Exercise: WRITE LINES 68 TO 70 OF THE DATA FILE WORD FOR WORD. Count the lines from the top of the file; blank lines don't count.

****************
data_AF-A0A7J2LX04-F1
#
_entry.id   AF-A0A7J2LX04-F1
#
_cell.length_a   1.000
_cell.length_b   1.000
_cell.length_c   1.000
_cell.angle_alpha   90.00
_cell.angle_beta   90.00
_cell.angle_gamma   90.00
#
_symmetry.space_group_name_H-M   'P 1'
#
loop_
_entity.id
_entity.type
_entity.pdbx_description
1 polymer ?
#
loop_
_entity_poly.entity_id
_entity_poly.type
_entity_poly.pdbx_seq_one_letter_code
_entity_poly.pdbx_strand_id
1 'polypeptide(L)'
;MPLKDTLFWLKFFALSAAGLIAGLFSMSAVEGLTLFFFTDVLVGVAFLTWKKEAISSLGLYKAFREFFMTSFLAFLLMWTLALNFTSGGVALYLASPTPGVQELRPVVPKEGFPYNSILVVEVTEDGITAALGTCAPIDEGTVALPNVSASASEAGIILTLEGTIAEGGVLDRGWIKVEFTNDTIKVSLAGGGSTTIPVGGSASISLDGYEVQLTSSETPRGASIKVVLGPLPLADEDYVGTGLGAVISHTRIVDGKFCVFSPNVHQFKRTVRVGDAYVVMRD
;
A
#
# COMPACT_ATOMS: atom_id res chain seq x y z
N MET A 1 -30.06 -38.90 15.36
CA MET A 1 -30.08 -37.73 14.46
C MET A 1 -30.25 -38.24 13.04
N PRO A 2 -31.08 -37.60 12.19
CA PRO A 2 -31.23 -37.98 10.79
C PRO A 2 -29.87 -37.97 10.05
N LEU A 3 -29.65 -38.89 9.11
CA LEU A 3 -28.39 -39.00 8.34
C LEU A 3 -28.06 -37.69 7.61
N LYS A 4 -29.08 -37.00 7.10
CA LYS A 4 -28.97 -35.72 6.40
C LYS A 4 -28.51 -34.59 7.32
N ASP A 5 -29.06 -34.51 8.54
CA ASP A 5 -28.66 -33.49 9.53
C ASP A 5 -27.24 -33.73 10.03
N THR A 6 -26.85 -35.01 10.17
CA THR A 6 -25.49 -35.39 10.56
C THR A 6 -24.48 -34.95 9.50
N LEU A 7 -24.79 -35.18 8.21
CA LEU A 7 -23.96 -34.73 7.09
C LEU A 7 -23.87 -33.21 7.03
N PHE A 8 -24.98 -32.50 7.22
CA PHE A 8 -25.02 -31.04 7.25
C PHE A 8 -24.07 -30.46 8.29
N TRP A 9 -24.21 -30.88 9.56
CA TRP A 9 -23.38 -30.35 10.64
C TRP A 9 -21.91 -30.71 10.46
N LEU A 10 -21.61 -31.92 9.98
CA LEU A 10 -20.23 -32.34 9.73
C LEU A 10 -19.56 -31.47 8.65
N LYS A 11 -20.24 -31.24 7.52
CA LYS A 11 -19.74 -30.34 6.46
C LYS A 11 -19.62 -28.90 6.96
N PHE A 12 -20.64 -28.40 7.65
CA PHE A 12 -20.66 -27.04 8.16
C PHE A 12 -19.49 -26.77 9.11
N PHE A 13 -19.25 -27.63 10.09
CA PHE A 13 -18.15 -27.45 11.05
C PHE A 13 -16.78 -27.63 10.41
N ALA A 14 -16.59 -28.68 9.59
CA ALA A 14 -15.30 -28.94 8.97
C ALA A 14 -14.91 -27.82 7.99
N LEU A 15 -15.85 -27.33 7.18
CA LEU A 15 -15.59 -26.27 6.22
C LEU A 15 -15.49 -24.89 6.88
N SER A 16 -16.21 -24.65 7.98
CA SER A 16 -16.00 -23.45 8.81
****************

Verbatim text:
CA PHE A 13 -18.15 -27.45 11.05
C PHE A 13 -16.78 -27.63 10.41
N ALA A 14 -16.59 -28.68 9.59